Other People’s Money: Why AUCC Signed the Most Expensive Copyright Insurance Policy in Cdn History

Car rental companies are infamous for encouraging customers to sign up for expensive liability insurance policies. Since many renters already have coverage from their own automotive insurance policies or can rely upon insurance coverage provided by their credit card issuer, the decision whether to sign up for a costly additional policy frequently depends upon who is paying the bill. If the individual is on the hook, they will often decline coverage and rely on their existing policies. If someone else is paying, it becomes easier to justify signing up for the additional coverage.

Last week, the Association of Universities and Colleges Canada, which represents dozens of Canada’s leading universities, signed up for one of the most expensive copyright insurance policies in Canadian history. My weekly technology law column (Toronto Star version, homepage version) notes the policy comes in the form of a controversial model copyright licensing agreement with Access Copyright, a copyright collective that licenses copying and distribution of copyrighted works such as books, journals, and other texts. Should AUCC members sign the agreement – it falls to each individual university to decide whether to do so – they will pay $26 per full time student per year for the right to copy works from the Access Copyright repertoire.

The deal marks a significant increase from the previous agreement, which had cost students less than four dollars annually plus ten cents per page for materials included within printed coursepacks. The new fees are likely to be passed along to students, who will ultimately bear the burden of the copyright arrangement with higher tuitions.

Those students may be puzzled by the AUCC decision to settle on an expensive new licensing model. Over the past year, many universities, including York, Queen’s, UBC, and Waterloo have operated without Access Copyright altogether.

Those schools have identified licensing alternatives such as campus wide electronic database licenses that offer access to thousands of journals and electronic books that can be incorporated directly into electronic coursepacks. Universities already pay millions of dollars for these licenses with the money flowing to database companies, publishers, and authors.

Moreover, open access licensing, where research publications are freely available online, constitutes a growing percentage of published research, with thousands of open access journals and hundreds of thousands of articles posted directly by the researchers themselves. Add public domain works, fair dealing, hundreds of millions spent on textbooks, and pay-per-use licenses for the remaining works and the decision to forego an Access Copyright licence becomes easy to understand.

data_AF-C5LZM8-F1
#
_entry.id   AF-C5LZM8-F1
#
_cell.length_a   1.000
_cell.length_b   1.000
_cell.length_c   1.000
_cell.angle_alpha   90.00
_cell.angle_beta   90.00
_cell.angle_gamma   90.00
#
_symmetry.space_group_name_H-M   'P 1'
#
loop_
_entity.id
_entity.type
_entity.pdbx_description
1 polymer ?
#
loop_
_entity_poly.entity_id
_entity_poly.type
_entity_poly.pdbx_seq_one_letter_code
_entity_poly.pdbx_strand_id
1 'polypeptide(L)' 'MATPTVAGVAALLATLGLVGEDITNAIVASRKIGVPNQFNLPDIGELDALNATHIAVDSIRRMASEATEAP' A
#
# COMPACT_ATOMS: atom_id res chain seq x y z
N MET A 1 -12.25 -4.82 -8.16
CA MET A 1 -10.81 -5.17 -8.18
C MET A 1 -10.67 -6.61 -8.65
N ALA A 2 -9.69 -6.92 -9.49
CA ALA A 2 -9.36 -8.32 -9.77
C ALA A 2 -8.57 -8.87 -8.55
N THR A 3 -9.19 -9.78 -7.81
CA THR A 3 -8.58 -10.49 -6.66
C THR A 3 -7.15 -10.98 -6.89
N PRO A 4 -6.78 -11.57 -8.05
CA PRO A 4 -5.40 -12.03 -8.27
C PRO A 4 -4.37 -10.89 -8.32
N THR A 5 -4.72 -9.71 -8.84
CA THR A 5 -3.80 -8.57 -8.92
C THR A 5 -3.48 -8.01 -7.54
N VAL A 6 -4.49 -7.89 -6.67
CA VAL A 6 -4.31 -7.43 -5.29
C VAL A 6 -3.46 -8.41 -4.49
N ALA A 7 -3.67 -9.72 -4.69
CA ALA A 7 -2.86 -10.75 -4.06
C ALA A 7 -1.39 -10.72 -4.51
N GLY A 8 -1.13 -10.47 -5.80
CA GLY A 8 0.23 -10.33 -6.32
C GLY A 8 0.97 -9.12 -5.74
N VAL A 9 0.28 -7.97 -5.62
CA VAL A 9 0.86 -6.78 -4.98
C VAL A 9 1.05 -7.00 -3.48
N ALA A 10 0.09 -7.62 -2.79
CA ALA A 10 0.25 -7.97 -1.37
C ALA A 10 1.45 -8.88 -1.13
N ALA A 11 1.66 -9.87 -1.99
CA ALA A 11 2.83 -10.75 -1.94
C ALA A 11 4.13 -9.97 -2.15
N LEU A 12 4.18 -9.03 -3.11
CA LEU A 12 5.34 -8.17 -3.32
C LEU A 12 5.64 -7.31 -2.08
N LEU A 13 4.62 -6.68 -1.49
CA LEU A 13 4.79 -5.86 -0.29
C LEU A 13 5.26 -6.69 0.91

Even more curious is the timing of the AUCC agreement. Bill C-11, the government’s copyright bill, features several provisions designed to assist education. These include an expansion of fair dealing for education and a new exception for publicly available materials on the Internet. The bill is expected to become law by the summer.

If that wasn’t enough, the model licence purports to grants rights for copying that does not require permission. For example, it defines copying as including “posting a link or hyperlink to a digital copy”, yet linking to content can hardly be described as copying materials. Moreover, the licence comes packed with onerous restrictions such as blocking the ability to store articles in online services such as Mendeley or Dropbox.

And the millions of dollars collected by Access Copyright?  Last year, the collective spent 30 percent of its licensing revenues on administrative expenses, including over two million dollars for Copyright Board applications and professional fees involving lobbying against copyright reform that might benefit educational institutions.

Given these circumstances, the AUCC decision to sign the model licence represents a stunning abdication of leadership that will cost students millions of dollars and slow innovation in Canada’s higher education community. So why sign an agreement when there are other options?  Expensive additional insurance policies are easy to sign when someone else is paying the bill.


  1. Strange. I distinctly remember an earlier column saying that AC was scaremongering when it claimed the adding “education” as a fair dealing purpose would gut the licensing. And yet here we have the same author saying that it should indeed have that effect.

  2. @anon
    It guts their licensing, not licensing in general. There is a difference, unless your someone who think that AC is the only way to get access to such information ever, and nothing else could ever exist. 😉

  3. Howard Knopf says:

    Michael – very good points. And this leads to other interesting questions, such as whether AC is in the insurance business and, if so, what follows?

  4. pre emtive guilt and other inovations says:

    civil, criminal, admin law. (reversal of onus being abused)

    NOW preemptive guilt. you MIGHT be xeroxing.. or linking.. or reading

    AND it MIGHT be our copy, public domain material or not

    pay $26 a year. And don’t look at how we spend the money, it’s ours now.

    like the supervisor boards put on the CRTC, another new conservative legal innovation.

    I can’t write stuff this bad. It’s insane!


  5. @Ki
    What he specifically said was that it was scaremongering to suggest that education as a fair dealing purpose would undermine the AC licences.

  6. @anon